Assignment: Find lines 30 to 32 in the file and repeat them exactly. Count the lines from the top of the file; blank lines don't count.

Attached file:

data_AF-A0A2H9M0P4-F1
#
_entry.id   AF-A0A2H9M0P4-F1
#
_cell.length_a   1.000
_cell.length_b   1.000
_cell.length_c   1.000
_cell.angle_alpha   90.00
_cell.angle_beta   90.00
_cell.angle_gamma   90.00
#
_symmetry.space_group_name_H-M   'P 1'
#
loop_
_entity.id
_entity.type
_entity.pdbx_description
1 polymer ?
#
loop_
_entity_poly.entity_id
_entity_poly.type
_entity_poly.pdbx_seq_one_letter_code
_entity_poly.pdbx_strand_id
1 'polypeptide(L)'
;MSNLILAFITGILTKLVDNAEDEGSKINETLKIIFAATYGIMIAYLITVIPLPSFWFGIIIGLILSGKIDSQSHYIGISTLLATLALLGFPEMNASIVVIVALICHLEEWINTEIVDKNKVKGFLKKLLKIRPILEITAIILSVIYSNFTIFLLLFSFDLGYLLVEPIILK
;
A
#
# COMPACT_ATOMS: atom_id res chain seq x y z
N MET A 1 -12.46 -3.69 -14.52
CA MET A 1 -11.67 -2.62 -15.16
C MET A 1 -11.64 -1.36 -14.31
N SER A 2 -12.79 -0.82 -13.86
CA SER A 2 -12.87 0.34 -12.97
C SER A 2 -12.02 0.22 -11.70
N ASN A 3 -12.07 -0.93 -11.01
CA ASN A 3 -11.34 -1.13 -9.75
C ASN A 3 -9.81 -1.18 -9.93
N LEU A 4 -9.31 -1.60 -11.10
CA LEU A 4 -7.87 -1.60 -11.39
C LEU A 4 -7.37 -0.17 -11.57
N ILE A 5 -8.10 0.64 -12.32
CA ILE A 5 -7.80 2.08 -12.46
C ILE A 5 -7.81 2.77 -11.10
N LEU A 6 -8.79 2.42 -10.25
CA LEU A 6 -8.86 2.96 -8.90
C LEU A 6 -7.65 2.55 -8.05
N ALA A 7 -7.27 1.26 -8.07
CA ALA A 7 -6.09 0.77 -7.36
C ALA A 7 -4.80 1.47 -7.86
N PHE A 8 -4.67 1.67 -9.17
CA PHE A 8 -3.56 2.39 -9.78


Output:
# COMPACT_ATOMS: atom_id res chain seq x y z
N MET A 1 -12.46 -3.69 -14.52
CA MET A 1 -11.67 -2.62 -15.16